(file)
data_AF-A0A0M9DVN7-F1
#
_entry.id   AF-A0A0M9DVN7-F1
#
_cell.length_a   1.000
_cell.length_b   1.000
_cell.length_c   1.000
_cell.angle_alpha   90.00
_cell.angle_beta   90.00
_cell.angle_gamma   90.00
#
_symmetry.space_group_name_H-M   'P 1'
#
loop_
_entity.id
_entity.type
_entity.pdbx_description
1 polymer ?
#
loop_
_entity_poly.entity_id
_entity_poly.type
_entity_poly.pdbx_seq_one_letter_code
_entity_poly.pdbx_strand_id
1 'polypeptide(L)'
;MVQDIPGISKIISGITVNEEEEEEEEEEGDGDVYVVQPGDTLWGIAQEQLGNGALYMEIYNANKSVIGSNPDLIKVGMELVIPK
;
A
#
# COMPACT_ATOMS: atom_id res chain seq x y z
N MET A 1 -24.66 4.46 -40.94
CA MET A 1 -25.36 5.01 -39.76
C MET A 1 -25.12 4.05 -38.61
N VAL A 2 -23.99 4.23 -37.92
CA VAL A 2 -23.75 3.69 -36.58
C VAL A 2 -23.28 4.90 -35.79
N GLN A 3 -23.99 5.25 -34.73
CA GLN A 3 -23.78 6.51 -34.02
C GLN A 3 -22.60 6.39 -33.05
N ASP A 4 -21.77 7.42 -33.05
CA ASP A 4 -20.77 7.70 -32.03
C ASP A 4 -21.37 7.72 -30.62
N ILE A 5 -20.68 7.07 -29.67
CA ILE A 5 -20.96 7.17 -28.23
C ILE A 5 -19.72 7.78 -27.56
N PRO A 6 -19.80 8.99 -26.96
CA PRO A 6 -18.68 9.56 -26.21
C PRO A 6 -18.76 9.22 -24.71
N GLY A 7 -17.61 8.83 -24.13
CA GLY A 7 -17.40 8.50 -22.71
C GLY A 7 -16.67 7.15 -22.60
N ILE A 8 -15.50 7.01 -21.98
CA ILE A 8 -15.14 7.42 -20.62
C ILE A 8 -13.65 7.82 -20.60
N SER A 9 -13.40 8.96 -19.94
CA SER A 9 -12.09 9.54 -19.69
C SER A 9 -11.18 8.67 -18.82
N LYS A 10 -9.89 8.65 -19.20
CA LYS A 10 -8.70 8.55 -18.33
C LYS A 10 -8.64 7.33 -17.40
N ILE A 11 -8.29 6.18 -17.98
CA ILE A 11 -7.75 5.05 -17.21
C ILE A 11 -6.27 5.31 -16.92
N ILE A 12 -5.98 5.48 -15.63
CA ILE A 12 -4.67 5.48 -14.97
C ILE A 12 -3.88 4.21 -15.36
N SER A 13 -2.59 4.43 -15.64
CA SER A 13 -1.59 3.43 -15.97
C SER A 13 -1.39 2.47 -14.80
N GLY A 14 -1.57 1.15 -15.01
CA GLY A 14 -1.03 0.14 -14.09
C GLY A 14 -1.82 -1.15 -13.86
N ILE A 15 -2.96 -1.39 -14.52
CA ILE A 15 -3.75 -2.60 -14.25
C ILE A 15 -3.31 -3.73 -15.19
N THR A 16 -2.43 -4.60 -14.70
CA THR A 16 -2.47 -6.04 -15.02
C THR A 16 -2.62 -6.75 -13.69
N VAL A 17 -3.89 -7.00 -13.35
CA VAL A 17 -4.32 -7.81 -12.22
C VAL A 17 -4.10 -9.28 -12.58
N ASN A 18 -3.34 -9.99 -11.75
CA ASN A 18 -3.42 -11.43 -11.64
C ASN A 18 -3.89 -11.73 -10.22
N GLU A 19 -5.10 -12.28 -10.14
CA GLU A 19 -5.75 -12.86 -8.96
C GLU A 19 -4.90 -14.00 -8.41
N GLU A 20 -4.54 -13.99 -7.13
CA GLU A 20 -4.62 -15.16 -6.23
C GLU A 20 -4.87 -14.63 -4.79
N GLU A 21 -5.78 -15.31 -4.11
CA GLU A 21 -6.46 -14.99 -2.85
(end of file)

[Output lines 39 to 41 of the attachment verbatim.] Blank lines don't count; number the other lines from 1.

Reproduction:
C GLN A 3 -22.60 6.39 -33.05
N ASP A 4 -21.77 7.42 -33.05
CA ASP A 4 -20.77 7.70 -32.03